The gale of defections in Nigeria’s National Assembly has led many Nigerian citizens bewildered on the legitimacy of the Act. It will be recalled that before the National Assembly adjourned for recess on July 25th, 2018, 14 Senators and 37 House of Representative members defected from the ruling All Progressives Congress (APC) to the Peoples Democratic Party (PDP) and the African Democratic Congress (ADC). In addition to this is the Senate President Bukola Saraki’s defection from the APC to the PDP and Sen. Godswill Akpabio’s defection from the PDP to the APC after the National Assembly closed for its annual recess, as well as the wave of defections in State Houses of Assembly like Kano, Osun and Kwara States.
While this has become customary in Nigeria with its first instance as far back as 1951 where 20 members of the defunct National Council for Nigeria and the Cameroons (NCNC) defected to the defunct Action Group to prevent the late Dr. Nnamdi Azikiwe from being the premier of the old western region, defecting or “cross-carpeting” is actually prohibited under the 1999 Constitution (as amended). In particular, section 68(1) of the Constitution provides that a member of the Senate or the House of Representatives should vacate the seat of the House, which he is a member if he leaves the political party on which he contested for election to join another political party before the expiration of the period for which he was elected. An exception to this rule however applies in cases where there has been division of the political party of which he was previously a member or there has been a merger of two or more political parties or factions by one of which he was previously sponsored.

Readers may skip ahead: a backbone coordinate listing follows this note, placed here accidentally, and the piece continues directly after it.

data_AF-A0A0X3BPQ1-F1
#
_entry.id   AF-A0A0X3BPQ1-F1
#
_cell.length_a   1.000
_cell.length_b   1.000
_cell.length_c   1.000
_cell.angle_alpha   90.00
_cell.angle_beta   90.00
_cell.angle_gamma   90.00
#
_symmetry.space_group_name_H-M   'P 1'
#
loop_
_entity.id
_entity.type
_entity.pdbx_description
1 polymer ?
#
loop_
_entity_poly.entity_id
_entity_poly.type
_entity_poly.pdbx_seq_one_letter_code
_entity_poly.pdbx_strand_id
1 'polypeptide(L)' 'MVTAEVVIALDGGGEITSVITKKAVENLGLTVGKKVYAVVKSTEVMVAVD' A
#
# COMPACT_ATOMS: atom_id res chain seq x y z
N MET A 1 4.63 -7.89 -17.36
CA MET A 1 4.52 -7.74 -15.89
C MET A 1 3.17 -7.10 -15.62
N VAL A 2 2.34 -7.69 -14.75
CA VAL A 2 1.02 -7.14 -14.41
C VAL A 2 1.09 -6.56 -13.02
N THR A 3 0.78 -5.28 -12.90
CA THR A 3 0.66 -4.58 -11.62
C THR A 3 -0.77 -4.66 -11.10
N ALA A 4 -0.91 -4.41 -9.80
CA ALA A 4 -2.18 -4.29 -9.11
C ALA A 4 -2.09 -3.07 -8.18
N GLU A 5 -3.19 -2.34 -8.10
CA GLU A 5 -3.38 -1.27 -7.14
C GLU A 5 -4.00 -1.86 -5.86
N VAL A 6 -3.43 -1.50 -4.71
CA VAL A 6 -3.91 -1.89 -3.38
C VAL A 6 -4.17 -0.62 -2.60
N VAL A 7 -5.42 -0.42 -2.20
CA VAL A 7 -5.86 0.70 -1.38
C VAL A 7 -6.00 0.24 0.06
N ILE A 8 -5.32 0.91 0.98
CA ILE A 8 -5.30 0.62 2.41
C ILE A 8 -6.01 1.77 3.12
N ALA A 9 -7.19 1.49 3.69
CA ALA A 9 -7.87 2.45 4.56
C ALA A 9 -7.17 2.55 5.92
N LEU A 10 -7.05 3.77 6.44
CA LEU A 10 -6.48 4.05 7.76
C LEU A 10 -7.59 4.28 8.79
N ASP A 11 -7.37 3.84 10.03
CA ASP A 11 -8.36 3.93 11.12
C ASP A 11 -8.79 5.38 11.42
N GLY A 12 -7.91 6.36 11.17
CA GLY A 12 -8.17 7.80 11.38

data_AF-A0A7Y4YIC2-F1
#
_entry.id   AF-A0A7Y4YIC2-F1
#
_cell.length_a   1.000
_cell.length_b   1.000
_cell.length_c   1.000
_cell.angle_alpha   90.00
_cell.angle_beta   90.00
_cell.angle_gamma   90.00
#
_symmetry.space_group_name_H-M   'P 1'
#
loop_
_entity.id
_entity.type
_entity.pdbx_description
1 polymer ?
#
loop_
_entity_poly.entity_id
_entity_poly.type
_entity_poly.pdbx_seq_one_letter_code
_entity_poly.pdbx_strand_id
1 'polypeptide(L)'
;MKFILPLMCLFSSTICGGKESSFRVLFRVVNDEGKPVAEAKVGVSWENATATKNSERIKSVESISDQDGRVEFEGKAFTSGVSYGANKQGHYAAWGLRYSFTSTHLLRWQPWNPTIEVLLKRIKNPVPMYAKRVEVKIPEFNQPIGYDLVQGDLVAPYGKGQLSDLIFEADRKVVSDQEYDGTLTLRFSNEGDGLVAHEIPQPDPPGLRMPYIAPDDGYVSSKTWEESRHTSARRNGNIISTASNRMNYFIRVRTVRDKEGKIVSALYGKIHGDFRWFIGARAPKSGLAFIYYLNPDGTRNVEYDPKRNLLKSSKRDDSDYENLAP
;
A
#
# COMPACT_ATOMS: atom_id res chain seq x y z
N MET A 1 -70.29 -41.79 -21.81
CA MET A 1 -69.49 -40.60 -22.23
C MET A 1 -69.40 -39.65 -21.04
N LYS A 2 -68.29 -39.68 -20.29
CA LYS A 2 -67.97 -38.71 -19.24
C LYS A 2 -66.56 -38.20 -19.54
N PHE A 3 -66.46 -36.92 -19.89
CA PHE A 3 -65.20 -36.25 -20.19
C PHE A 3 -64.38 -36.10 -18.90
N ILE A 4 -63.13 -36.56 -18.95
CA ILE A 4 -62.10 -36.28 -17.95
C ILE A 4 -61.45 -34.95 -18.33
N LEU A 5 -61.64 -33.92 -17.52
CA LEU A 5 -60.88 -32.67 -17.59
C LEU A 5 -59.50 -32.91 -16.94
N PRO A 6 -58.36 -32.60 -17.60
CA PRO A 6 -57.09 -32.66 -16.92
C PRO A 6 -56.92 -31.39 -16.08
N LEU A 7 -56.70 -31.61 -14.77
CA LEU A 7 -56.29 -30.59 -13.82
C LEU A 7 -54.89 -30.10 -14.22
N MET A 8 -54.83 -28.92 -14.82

This constitutional provision, which seems to emphasise that votes cast by the electorate belong to the party and not the candidate was reinforced by the Supreme Court in Amaechi v Omehia. However, despite the provision of the law, the exception in the law enabling defection where there has been a division continues to be exploited, creating problems for Nigeria’s democracy.
In addition, many perceive the recent defections arising largely from political interests rather than “national interests”, more so as political primaries have been scheduled to commence from August 2018. It has been noted that many of the said politicians failed to defect or resign from their political party even when serious issues such as the Boko Haram crisis and arbitrary arrest and detentions of citizens and political opponents of the ruling party affected the polity.
It appears that defections in the National Assembly will continue to constitute a friction between the Executive and the Legislature unless such matters are taken to the Court to make a firm and final pronouncement.